Because of this, I have decided to trim the corner treads off.
This will probably shorten the life of the tire by a bit, but I figure if I can get through one winter without wiping out, it will be worth it. I got it for free and the gumwall looks like it's about to crack, anyway. It took three X-acto blades and 2.5 hours to get through half of one side and I haven't finished yet. For the past couple weeks, I've been relying on my smooth rear tire to take care of my acceleration and braking power. Not the safest in slippery weather, but it gave me the chance to practice power-sliding when it snowed.
In more important news, the bike is now completely functional.
Throughout the last few weeks, I have been receiving parts in the mail here and there, but not enough to do anything with. I may have gotten a pack of cables one day and some handlebar grips on another, but the brake lever came yesterday and the cable stops came today.
I ordered a pair of mountain bike brake levers because road levers were out of my budget. In the photo above, you can see what I did yesterday. In order to prevent the mountain bike lever from fully retracting out of my reach, I put a zip tie inside. I thought this would stay until I came up with a better method today.
So, the cable stop clamps finally arrived today, allowing me to finish hooking up the front derailleur. Since Thanksgiving weekend started today, I had the whole afternoon and evening to work on this. Hooking up and adjusting the derailleur didn't take long at all, but I realized that the left side shifter wasn't working properly.
The shifters are supposed to be sprung to go downwards to counteract the springs in the derailleurs, but it never occurred to me that the left spring didn't work since the bike hadn't had a working front derailleur since before I got it. I disassembled the shifter and realized there was no way I could wind the spring back into the correct tension with my tools. In the photo above, you can see that the gap on the left of the left side shifter is gone (compared to the right shifter). I took out the washer inside there and put a large washer outside the shifter so I could smash the whole thing together, making the shifter retain its position by using friction instead of the spring. It was the only way and it works great, for now.
I was on my way out to get a brake when I realized, OOPS! The winter tire was about to blow! I quickly swapped the old hybrid tire back on before leaving. My bike now has both of its summer tires back on, but the hybrid tire should be okay to stay up front for the winter (it will match the rear once I finish trimming it).
Anyway, I went out and found a new brake caliper, which happened to be the same kind as the rear one. The trip was smooth and I didn't have a single problem with the derailleur in any gear. I hooked it up and put the Kool Stop Eagle brake pads from the Raleigh on the front and back because the previous pads were disintegrating. I didn't have to turn the pads as much this time, thanks to a longer threaded area that had space to put in ball washers, or whatever you call those things that let you angle the pads.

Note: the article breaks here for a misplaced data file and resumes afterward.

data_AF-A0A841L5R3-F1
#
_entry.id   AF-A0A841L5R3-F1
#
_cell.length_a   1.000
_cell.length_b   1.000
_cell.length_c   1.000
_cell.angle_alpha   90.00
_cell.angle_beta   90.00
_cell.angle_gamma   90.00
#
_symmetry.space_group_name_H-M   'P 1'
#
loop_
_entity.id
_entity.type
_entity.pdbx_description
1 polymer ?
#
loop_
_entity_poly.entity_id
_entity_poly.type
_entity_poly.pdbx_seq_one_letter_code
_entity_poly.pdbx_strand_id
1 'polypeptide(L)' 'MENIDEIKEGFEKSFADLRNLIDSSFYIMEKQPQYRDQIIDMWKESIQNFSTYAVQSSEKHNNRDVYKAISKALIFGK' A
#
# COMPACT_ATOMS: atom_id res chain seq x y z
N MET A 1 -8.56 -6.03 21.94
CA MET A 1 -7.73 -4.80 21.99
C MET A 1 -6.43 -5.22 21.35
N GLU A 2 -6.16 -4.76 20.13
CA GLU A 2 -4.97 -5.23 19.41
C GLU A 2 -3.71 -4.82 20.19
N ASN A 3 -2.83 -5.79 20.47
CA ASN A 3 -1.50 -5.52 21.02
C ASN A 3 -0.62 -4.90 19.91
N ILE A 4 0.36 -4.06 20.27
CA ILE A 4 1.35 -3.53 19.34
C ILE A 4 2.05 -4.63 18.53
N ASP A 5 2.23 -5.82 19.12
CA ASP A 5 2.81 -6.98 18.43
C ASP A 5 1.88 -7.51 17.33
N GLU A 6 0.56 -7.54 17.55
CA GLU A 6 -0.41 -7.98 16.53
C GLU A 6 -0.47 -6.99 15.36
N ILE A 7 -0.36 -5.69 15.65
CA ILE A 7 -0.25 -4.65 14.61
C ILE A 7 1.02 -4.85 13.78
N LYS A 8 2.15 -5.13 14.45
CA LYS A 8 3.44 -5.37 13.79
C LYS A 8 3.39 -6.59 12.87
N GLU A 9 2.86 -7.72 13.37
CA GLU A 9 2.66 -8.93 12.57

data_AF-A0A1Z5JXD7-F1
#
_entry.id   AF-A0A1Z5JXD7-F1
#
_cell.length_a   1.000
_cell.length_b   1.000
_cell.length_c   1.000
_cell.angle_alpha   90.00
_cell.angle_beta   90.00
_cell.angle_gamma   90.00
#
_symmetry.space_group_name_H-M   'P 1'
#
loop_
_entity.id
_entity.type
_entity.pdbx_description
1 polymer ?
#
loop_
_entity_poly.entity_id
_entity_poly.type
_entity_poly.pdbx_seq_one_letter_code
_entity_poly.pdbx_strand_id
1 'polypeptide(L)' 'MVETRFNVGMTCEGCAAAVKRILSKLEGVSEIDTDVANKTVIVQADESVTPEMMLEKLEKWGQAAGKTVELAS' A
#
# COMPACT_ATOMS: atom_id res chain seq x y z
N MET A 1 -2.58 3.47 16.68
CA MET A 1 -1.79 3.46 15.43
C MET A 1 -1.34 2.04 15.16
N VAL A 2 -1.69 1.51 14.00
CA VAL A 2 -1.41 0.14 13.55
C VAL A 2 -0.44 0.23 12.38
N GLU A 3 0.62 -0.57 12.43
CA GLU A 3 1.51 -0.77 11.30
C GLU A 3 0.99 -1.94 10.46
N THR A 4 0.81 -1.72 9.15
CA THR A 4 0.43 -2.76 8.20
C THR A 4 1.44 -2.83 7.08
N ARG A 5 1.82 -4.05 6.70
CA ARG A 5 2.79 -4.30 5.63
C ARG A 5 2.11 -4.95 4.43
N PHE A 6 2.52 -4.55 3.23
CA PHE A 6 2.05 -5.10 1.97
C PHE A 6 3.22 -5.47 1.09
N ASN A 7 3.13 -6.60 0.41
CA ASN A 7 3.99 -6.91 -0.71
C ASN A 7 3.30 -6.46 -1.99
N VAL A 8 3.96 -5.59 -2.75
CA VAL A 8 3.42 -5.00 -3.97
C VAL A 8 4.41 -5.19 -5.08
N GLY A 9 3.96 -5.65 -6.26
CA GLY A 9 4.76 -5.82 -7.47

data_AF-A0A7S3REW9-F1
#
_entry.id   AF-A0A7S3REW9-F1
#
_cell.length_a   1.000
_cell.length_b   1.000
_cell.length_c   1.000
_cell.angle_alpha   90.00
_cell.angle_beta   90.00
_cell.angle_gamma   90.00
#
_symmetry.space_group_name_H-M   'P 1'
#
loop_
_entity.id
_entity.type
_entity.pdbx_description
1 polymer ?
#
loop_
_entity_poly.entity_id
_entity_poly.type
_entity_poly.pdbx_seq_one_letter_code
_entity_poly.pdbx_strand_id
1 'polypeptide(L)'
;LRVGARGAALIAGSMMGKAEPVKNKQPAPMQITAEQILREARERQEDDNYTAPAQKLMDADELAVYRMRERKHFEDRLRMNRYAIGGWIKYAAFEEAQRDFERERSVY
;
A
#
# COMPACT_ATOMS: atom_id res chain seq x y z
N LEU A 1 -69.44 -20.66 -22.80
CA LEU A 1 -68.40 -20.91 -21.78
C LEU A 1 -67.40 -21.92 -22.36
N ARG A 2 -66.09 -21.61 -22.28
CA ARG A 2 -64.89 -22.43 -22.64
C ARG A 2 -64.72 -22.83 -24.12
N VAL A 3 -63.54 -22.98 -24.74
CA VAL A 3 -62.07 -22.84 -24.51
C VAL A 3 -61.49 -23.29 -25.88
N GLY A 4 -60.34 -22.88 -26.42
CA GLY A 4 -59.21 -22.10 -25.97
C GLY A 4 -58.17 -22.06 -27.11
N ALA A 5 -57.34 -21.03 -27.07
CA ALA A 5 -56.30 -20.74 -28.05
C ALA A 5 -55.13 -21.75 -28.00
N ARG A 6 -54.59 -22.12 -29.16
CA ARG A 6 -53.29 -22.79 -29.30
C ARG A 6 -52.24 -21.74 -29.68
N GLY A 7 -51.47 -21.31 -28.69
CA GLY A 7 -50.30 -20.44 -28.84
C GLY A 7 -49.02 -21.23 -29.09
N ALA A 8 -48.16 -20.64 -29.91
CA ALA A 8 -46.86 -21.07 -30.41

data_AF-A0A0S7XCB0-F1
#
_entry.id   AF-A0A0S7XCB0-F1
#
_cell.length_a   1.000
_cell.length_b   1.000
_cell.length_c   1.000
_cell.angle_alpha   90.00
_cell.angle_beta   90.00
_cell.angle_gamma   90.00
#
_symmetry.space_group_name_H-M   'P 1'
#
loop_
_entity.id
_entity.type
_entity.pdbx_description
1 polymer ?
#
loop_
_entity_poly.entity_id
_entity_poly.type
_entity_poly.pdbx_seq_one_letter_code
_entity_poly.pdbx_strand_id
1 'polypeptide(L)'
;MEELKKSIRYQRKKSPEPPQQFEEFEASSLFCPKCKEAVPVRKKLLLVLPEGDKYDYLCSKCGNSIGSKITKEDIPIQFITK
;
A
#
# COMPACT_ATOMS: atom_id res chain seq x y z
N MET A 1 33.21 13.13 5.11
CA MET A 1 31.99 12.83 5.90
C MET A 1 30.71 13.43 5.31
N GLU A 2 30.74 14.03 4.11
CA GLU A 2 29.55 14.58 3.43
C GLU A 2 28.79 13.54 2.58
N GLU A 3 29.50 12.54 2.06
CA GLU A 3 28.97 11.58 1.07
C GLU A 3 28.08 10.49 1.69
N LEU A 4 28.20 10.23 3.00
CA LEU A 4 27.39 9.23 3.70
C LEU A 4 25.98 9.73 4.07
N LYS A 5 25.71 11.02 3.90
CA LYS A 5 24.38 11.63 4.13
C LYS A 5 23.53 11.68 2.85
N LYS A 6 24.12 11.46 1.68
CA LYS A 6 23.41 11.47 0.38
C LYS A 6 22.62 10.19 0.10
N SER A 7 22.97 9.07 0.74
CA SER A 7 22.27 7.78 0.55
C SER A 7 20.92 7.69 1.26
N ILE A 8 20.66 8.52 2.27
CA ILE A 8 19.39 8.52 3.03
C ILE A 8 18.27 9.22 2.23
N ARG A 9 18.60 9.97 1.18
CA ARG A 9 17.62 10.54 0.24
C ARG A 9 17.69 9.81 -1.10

I found a cleaner, more robust way to limit the travel of the mountain bike lever by using a stainless steel zip tie in a different position. Also, previously, since the handlebar was too wide for the brake lever, the bolt wasn't long enough so I put a stainless zip tie in there as tight as I could. That wasn't tight enough so I used another nut and bolt, the one that used to hold the fender onto the fork crown until today, hammered it through the holes, and tightened. I didn't force it too tight, but I hope the winter cold doesn't make the plastic crack.
The bolted-together rear brake cable is still there and probably will be for a while.
For the first time since I got it, the Ross is completely, 100% functional. Both brake and all of the gear ratios work, except for the largest rear cog, but it'll stay that way as long as I have the long cage derailleur. For that matter, the bike is probably more useful than it has ever been because of the fenders and rack. I'm glad I was able to get this done before leaving for Thanksgiving break.
- Does everything work? Yes!
- Is it finally safe? Maybe.
- Is it done? No!
What did you think I'd do? Sit back and enjoy this perfectly-tuned machine the way it is forever? A project vehicle is never done! There will always be new ways to make the bike better for cheap, so long as I keep my eye out for good junk. I'm also thinking about whether I should unwrap the right side handlebar and put the track grip on it. Regardless, this setup will probably need to be adjusted within in the next few days or weeks as it settles in.
Well, the night is young; after all, it isn't even midnight yet. Time to go for a ride!
EDIT: JOKES! I hadn't even made it out the door yet before I decided to change something else. I can't really stand getting a pair of something and wearing it down asymmetrically, so I put the other track grip on. I kind of like the softness of the handlebar tape - not when I ride because I don't ride with the top part of the bars, but just when I'm wheeling it around and stuff. I don't know, I might take it off later. I just decided to keep some on there despite the terrible appearance; the whole bike looks sketchy enough, anyway.
Alright, let's try this again. Time for a snack, and then a ride on this hashed-together creation.